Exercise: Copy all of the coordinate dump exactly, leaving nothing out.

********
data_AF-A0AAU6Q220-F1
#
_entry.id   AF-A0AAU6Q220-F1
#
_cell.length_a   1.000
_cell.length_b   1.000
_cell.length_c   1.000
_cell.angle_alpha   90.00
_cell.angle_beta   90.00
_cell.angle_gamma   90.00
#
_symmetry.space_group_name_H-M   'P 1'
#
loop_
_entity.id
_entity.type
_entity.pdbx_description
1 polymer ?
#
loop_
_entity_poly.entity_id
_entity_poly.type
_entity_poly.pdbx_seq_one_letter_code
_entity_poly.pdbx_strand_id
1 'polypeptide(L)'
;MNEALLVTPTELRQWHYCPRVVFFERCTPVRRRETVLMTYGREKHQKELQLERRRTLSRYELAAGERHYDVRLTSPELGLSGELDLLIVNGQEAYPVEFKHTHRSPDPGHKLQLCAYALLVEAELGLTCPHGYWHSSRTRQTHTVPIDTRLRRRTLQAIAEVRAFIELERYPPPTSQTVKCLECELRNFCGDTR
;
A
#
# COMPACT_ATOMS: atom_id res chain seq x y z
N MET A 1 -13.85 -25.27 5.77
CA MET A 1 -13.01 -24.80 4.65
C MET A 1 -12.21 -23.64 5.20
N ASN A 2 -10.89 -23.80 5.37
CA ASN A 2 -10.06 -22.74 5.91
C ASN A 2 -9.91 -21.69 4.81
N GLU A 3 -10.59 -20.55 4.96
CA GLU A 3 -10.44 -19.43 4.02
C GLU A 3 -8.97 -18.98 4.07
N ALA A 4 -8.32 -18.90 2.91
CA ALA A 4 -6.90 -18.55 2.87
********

data_AF-A0AAU6Q220-F1
#
_entry.id   AF-A0AAU6Q220-F1
#
_cell.length_a   1.000
_cell.length_b   1.000
_cell.length_c   1.000
_cell.angle_alpha   90.00
_cell.angle_beta   90.00
_cell.angle_gamma   90.00
#
_symmetry.space_group_name_H-M   'P 1'
#
loop_
_entity.id
_entity.type
_entity.pdbx_description
1 polymer ?
#
loop_
_entity_poly.entity_id
_entity_poly.type
_entity_poly.pdbx_seq_one_letter_code
_entity_poly.pdbx_strand_id
1 'polypeptide(L)'
;MNEALLVTPTELRQWHYCPRVVFFERCTPVRRRETVLMTYGREKHQKELQLERRRTLSRYELAAGERHYDVRLTSPELGLSGELDLLIVNGQEAYPVEFKHTHRSPDPGHKLQLCAYALLVEAELGLTCPHGYWHSSRTRQTHTVPIDTRLRRRTLQAIAEVRAFIELERYPPPTSQTVKCLECELRNFCGDTR
;
A
#
# COMPACT_ATOMS: atom_id res chain seq x y z
N MET A 1 -13.85 -25.27 5.77
CA MET A 1 -13.01 -24.80 4.65
C MET A 1 -12.21 -23.64 5.20
N ASN A 2 -10.89 -23.80 5.37
CA ASN A 2 -10.06 -22.74 5.91
C ASN A 2 -9.91 -21.69 4.81
N GLU A 3 -10.59 -20.55 4.96
CA GLU A 3 -10.44 -19.43 4.02
C GLU A 3 -8.97 -18.98 4.07
N ALA A 4 -8.32 -18.90 2.91
CA ALA A 4 -6.90 -18.55 2.87